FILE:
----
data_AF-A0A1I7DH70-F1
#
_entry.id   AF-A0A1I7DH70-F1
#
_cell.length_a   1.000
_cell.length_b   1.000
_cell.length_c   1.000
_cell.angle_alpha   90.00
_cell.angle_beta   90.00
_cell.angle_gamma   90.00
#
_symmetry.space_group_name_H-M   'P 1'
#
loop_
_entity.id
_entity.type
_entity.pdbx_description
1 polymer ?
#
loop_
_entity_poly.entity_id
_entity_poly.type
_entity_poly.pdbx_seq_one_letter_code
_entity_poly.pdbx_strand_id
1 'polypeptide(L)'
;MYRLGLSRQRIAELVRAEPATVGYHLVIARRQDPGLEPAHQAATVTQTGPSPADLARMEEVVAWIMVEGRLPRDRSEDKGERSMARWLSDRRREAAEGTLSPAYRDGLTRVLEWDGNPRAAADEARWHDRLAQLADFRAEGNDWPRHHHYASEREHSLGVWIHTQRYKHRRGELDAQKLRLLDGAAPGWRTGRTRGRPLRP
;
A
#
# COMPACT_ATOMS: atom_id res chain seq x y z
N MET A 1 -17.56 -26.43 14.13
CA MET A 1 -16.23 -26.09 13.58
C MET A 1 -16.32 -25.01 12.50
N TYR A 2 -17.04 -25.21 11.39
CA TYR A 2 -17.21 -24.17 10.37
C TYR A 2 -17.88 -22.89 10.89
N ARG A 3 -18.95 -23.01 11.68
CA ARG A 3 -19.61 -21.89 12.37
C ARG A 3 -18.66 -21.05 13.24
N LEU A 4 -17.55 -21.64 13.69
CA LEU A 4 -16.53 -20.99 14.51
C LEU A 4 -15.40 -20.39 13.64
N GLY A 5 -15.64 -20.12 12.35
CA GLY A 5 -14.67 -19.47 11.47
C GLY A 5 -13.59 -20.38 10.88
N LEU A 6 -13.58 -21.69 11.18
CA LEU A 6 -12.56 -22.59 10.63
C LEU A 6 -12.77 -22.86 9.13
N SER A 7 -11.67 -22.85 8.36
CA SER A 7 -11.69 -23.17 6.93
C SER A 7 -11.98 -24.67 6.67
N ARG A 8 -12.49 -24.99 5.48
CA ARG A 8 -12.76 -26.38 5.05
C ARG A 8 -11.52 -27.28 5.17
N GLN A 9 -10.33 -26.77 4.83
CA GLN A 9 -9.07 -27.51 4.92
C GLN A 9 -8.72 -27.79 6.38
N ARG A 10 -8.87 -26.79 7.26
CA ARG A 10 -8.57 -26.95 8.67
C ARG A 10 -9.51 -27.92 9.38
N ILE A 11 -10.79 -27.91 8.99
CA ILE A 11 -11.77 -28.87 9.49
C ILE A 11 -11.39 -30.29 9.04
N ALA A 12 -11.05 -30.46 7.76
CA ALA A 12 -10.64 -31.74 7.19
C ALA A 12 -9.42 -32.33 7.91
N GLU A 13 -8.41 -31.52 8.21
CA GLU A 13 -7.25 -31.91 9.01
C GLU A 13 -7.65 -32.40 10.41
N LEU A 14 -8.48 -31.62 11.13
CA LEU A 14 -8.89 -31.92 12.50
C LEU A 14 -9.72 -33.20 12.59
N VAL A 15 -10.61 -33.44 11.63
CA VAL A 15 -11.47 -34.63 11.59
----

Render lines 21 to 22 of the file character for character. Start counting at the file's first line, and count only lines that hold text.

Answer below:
_entity_poly.entity_id
_entity_poly.type